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Last edited 12 Oct 2022
Feasibility studies for construction projects
 What are feasibility studies?
Feasibility studies are preliminary investigations undertaken in the very early stage of a project to assess whether the project is viable. They tend to be carried out when a project is relatively large or complex, or where there is some doubt or controversy regarding the proposed development.
 What is the purpose of feasibility studies?
The purpose of feasibility studies is to:
- Establish whether the project is viable.
- Help identify a range of feasible options.
- Begin the process of preparing other project documentation such as a clarifying the business need, formulating a business case, scoping a project execution plan and strategic brief and so on.
 What might a feasibility study include?
On large, complex or controversial projects, there may be a number of different feasibility studies carried out for different aspects of the project, for different purposes, or for different possible solutions. These might require different skills, and could consider issues such as:
- The likelihood and ease of obtaining planning permission.
- The likelihood that an environmental impact assessment will be required.
- Other legal/statutory approvals that might be required.
- Analysis of the budget relative to client requirements.
- Assessment of the potential to re-use existing facilities or doing nothing rather than building new facilities.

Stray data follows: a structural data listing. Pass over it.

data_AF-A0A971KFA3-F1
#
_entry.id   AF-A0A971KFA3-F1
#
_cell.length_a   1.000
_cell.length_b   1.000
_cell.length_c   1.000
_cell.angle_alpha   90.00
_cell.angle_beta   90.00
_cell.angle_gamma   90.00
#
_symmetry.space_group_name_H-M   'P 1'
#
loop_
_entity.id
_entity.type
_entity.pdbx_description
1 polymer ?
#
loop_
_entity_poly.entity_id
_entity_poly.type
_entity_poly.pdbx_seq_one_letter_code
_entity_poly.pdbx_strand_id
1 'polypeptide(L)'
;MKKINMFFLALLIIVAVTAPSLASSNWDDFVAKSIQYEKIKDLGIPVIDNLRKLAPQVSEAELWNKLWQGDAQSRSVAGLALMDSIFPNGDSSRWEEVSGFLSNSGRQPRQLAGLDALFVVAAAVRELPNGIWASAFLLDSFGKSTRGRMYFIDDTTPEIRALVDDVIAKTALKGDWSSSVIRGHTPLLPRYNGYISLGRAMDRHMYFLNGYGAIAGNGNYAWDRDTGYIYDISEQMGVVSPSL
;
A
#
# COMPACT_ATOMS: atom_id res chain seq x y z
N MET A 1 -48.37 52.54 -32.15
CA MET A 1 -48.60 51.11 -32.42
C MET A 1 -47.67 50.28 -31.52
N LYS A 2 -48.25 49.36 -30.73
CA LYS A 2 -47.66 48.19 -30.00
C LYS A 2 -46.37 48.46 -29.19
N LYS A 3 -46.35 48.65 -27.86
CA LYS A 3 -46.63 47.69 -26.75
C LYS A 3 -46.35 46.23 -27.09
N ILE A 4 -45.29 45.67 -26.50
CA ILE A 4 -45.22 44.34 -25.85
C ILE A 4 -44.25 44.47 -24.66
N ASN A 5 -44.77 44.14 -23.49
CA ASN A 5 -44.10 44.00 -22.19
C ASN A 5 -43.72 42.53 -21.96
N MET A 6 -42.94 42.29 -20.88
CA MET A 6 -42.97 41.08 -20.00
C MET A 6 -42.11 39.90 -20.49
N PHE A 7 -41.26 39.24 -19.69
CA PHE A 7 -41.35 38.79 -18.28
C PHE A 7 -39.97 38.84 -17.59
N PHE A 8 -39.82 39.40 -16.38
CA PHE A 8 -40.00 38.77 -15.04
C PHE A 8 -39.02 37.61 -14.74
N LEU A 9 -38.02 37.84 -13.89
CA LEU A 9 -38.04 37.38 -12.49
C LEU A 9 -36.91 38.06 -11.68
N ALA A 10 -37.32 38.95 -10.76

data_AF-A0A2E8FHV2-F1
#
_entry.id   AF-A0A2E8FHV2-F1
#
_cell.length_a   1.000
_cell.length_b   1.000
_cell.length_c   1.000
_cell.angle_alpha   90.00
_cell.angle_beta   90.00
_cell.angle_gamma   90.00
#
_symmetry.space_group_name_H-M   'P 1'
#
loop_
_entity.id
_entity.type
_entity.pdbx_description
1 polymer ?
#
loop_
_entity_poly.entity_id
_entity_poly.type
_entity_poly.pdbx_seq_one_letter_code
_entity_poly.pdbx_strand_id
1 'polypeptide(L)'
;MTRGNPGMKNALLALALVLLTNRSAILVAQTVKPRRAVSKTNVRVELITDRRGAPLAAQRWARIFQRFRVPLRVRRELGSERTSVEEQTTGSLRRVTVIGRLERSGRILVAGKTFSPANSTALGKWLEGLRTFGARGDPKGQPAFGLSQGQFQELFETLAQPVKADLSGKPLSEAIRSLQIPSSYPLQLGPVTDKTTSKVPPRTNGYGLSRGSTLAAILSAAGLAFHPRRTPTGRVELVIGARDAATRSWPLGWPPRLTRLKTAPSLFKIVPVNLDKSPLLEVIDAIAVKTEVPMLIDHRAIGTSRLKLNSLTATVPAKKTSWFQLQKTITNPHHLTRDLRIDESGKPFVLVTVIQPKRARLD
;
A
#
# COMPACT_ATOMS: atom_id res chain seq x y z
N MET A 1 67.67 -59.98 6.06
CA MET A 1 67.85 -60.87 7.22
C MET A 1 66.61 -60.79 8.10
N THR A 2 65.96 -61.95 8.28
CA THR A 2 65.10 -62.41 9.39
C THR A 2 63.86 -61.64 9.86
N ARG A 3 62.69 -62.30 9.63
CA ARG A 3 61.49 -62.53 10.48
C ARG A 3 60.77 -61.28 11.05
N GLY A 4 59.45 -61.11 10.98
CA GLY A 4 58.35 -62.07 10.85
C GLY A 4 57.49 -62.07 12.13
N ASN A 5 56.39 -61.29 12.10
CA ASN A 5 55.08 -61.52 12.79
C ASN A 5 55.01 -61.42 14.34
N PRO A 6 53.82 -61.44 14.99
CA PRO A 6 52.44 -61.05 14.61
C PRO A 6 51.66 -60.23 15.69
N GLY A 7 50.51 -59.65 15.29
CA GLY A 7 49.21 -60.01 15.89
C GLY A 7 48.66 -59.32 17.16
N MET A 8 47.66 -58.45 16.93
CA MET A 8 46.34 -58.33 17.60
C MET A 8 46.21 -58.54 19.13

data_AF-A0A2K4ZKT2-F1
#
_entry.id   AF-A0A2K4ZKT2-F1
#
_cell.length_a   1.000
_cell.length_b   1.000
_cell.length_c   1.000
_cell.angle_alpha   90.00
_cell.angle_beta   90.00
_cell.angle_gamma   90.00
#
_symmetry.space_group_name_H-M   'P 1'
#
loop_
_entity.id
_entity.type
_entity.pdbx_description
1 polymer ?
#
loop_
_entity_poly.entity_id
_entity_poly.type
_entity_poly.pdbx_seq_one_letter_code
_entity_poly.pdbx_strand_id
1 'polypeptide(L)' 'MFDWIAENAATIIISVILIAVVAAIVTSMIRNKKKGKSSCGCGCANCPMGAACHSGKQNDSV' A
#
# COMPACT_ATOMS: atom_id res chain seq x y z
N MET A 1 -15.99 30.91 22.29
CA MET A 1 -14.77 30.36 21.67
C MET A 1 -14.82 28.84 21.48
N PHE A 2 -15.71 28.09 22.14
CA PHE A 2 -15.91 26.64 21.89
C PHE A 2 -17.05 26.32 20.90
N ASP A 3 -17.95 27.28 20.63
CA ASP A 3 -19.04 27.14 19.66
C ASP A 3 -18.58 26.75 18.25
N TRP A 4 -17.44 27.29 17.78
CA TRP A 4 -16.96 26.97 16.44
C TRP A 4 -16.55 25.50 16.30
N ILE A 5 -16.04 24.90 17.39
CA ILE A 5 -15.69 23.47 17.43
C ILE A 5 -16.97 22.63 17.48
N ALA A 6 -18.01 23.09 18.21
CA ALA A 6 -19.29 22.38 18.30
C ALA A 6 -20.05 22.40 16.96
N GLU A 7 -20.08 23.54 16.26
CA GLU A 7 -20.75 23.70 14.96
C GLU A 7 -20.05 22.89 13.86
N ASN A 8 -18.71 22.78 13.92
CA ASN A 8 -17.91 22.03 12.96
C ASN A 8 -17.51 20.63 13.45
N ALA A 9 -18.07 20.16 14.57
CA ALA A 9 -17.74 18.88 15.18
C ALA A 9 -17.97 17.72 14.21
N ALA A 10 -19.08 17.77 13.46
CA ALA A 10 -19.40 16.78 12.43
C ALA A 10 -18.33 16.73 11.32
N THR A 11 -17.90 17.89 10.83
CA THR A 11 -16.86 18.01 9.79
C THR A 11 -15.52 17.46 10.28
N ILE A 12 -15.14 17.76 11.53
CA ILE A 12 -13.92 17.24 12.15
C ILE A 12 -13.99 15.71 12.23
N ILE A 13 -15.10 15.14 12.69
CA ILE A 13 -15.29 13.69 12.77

- Assessment of any existing site information that is available.
- Initial site appraisals, including geotechnical studies, assessment of any contamination, availability of services, uses of adjoining land, easements and restrictive covenants, environmental impact, and so on.
- Considering different solutions to accessing potential sites.
- Analysis of accommodation that might be included or excluded.
- Assessment of the possible juxtaposition of accommodation.
- The preparation of basic stacking diagrams.
- Assessing operational and maintenance issues.
- Appraisal of servicing strategies.
- Programme considerations.
- Procurement options.
Various stakeholders, statutory authorities and other third parties may need to be consulted in the preparation and assessment of feasibility studies. The assessments carried out should be presented in a structured way so the client can decide whether or not to proceed to the next stage. Wherever possible, any information prepared or obtained should be in a format which can be readily shared and used, and should be stored and named in a way consistent with the long-term project and operational needs.
 What happens after feasibility studies?
After assessing the feasibility studies, the client will decide whether to proceed to the next stage and if so, which options should be developed in more detail. Ideally there will be no more than four options at this stage. If more options exist it may be necessary to carry out further high-level studies before proceeding to more detailed options appraisals.
Options appraisals assess and compare a number of potential options before developing a concept design for the preferred option. Options appraisals might include diagrammatic options studies that enable the client to understand the broad pros and cons of the available options so that a preferred option can be selected.
- Briefing documents.
- Business case.
- Client requirements.
- Concept design.
- Development appraisal.
- Environmental Impact Assessment.
- Options review report.
- Planning permission.
- Site appraisals.
- Site information.
- Spatial diagram.
- Stacking diagram.
- Statutory approvals.
- Strategic brief.
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